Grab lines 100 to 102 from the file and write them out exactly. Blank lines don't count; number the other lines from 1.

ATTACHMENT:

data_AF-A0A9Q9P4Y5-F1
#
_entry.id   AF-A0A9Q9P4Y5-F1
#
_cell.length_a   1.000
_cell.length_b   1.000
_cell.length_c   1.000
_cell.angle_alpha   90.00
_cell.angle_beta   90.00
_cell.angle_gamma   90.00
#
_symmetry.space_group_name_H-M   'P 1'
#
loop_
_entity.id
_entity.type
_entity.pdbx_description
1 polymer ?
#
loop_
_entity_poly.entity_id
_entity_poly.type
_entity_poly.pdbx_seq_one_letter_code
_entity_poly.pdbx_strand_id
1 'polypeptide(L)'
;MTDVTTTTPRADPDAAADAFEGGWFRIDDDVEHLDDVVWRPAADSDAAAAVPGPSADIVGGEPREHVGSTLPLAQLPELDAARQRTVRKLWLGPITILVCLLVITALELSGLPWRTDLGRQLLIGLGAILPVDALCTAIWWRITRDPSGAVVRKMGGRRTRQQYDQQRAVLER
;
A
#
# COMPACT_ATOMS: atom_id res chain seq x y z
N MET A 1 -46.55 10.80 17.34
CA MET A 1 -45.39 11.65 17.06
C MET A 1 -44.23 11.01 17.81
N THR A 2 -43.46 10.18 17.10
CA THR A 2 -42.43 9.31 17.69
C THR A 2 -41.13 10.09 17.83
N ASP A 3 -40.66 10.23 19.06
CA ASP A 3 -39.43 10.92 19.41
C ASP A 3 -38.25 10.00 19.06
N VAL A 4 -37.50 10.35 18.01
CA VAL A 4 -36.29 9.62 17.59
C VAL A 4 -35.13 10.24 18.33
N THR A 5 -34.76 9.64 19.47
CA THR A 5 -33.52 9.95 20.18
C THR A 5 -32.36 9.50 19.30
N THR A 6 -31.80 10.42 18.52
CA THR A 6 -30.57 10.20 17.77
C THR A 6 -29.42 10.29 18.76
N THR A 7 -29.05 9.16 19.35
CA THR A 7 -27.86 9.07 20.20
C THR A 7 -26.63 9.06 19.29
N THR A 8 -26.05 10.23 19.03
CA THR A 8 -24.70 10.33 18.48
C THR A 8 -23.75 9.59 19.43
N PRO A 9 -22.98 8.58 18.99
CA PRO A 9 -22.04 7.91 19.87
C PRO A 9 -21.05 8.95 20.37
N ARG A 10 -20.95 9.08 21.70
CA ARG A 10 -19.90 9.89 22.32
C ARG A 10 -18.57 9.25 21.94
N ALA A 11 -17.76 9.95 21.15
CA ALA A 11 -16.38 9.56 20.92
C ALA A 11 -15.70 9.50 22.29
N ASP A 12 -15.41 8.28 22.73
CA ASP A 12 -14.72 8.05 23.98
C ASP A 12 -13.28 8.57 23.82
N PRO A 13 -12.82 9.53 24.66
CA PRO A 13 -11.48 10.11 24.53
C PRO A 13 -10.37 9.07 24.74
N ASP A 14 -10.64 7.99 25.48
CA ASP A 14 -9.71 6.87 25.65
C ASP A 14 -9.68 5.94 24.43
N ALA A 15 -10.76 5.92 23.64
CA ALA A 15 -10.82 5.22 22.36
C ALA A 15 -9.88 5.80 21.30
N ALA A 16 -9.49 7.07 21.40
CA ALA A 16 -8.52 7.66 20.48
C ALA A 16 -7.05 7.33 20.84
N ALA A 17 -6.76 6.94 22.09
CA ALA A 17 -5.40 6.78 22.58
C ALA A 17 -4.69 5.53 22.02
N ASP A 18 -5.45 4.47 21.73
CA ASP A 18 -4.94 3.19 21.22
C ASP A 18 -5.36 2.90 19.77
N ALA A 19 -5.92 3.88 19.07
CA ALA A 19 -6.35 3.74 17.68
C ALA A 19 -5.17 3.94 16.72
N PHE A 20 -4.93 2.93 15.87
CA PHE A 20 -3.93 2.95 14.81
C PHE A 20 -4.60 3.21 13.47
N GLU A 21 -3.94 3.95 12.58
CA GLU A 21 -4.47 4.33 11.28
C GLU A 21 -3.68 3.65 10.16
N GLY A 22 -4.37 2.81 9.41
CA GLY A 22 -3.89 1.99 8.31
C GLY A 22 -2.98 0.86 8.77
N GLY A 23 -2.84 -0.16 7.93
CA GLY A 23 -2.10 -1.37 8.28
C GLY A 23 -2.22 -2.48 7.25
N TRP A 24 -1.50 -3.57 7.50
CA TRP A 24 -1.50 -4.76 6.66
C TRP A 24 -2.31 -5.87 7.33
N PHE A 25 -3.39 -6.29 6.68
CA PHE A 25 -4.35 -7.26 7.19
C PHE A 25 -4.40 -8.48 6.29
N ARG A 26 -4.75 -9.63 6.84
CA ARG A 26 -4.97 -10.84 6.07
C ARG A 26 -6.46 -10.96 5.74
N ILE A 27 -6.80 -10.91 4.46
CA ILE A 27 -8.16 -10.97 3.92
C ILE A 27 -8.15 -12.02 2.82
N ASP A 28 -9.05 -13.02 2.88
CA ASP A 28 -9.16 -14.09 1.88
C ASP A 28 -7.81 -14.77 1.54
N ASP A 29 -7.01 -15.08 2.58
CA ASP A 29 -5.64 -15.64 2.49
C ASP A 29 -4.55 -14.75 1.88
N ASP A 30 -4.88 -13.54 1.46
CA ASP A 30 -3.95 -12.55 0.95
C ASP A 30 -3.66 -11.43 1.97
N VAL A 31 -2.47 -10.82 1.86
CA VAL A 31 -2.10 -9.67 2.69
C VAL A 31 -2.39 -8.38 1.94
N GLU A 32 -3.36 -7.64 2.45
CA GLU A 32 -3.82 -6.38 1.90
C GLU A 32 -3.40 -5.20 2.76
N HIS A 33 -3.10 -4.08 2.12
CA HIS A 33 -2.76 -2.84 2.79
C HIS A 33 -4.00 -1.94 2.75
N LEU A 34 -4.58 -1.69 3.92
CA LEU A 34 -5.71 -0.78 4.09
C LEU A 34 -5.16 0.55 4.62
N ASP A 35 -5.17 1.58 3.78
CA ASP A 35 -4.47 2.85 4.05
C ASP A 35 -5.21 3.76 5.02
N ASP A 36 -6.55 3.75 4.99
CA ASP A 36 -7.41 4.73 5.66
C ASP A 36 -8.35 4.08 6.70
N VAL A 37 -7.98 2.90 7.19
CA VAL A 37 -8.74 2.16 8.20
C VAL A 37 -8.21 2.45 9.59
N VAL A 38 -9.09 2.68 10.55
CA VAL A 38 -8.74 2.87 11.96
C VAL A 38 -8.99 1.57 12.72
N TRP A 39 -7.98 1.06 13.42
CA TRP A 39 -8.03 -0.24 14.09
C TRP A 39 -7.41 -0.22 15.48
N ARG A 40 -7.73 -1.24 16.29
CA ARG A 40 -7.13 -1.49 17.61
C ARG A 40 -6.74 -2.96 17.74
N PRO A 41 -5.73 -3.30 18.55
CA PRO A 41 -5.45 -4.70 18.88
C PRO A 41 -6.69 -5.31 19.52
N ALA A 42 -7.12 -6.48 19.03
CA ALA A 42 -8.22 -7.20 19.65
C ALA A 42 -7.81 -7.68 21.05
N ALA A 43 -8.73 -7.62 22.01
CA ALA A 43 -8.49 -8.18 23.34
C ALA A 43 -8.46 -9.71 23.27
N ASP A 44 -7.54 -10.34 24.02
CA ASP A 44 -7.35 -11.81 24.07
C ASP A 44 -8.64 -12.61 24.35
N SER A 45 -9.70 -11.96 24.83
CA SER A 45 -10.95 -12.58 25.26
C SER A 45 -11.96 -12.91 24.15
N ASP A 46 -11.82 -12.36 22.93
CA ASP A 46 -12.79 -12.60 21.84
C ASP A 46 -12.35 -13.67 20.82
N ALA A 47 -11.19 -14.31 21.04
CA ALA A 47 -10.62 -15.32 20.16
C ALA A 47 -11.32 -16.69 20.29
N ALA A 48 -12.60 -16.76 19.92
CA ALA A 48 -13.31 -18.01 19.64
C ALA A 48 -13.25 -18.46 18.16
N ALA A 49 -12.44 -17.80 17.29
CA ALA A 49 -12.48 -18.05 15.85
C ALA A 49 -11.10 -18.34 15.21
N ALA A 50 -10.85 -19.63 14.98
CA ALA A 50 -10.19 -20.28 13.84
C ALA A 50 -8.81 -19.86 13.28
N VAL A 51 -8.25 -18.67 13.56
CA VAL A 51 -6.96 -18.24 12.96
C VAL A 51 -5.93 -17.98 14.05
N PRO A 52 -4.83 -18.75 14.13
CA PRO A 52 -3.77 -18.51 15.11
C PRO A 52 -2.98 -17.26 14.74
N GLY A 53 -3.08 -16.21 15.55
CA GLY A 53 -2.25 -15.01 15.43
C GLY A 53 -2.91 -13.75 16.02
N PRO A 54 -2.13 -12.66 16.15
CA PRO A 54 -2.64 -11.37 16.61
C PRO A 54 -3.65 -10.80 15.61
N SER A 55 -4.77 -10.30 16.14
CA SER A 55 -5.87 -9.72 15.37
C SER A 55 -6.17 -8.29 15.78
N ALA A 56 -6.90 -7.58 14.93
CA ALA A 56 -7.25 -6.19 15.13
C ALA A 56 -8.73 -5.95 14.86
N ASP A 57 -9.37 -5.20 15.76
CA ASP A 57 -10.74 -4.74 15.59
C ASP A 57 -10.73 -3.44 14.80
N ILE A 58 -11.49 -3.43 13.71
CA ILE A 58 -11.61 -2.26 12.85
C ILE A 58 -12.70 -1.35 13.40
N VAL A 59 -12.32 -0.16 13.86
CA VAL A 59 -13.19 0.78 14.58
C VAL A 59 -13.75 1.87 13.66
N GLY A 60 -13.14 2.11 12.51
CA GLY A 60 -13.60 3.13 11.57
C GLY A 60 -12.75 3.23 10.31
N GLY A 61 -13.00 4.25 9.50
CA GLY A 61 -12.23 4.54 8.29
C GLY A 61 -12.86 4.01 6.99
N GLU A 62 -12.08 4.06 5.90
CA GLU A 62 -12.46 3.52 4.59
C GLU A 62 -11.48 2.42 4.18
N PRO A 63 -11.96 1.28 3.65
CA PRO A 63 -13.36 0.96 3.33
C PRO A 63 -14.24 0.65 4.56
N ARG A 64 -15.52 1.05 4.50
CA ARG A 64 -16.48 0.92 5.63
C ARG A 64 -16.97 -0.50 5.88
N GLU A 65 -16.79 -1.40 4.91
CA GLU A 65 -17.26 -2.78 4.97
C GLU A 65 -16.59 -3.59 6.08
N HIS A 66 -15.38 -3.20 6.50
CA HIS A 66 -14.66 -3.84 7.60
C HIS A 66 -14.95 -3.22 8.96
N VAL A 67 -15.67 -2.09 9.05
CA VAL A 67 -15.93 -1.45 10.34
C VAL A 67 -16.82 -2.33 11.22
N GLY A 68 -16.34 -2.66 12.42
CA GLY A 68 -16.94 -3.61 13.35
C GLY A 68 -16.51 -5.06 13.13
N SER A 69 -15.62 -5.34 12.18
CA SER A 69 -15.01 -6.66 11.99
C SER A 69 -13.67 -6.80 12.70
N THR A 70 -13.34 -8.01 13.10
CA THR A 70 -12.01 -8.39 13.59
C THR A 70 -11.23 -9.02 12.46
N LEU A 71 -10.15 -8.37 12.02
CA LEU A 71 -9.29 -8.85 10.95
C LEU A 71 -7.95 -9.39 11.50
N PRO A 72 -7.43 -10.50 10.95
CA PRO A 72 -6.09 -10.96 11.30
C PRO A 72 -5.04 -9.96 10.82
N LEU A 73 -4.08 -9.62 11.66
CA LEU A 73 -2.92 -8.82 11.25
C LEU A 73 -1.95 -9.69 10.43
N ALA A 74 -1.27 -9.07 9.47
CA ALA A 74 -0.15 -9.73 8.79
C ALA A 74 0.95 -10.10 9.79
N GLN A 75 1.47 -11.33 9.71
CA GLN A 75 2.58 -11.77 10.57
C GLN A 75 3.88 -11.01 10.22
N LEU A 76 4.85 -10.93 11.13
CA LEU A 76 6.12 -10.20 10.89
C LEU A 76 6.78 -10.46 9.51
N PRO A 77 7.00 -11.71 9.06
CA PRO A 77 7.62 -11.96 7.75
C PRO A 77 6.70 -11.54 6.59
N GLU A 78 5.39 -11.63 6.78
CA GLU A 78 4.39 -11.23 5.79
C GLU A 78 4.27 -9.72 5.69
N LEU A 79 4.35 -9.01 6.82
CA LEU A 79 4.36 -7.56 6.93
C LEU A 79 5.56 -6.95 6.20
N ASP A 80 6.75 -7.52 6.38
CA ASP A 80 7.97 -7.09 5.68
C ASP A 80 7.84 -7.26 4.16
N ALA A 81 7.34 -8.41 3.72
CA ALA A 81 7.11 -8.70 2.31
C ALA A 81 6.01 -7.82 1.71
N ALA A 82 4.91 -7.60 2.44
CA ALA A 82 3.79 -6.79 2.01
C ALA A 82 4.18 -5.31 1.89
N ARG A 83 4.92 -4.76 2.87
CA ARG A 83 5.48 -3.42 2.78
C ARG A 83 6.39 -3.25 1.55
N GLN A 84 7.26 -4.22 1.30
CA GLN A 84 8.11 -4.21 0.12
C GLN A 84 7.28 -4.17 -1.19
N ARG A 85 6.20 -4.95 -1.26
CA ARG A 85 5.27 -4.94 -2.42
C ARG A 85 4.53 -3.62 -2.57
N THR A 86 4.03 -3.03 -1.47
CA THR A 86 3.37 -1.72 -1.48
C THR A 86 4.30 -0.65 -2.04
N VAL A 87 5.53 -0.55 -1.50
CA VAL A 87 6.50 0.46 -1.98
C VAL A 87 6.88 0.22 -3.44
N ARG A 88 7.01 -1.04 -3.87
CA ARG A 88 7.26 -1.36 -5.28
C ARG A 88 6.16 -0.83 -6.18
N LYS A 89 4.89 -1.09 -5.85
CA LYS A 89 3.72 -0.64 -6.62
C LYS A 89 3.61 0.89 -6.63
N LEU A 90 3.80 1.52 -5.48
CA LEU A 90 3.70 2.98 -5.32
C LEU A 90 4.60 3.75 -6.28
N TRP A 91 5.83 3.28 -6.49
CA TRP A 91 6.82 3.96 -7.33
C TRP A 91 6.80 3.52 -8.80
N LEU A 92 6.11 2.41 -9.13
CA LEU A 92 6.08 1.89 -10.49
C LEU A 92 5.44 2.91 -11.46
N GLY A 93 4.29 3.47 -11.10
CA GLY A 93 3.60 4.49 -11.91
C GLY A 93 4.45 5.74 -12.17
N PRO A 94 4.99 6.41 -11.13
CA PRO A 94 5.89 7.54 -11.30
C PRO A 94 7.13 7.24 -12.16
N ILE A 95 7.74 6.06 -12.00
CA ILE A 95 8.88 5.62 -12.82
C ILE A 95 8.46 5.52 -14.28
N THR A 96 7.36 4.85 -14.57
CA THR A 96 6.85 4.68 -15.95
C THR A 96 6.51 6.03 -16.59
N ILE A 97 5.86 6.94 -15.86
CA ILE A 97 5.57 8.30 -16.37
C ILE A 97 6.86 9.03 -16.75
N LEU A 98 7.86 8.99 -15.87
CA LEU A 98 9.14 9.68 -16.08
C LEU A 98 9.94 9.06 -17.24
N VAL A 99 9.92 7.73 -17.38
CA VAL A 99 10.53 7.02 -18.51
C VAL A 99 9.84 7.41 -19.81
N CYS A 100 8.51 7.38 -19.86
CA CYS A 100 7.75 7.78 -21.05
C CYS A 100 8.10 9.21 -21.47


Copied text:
N TRP A 24 -1.50 -3.57 7.50
CA TRP A 24 -1.50 -4.76 6.66
C TRP A 24 -2.31 -5.87 7.33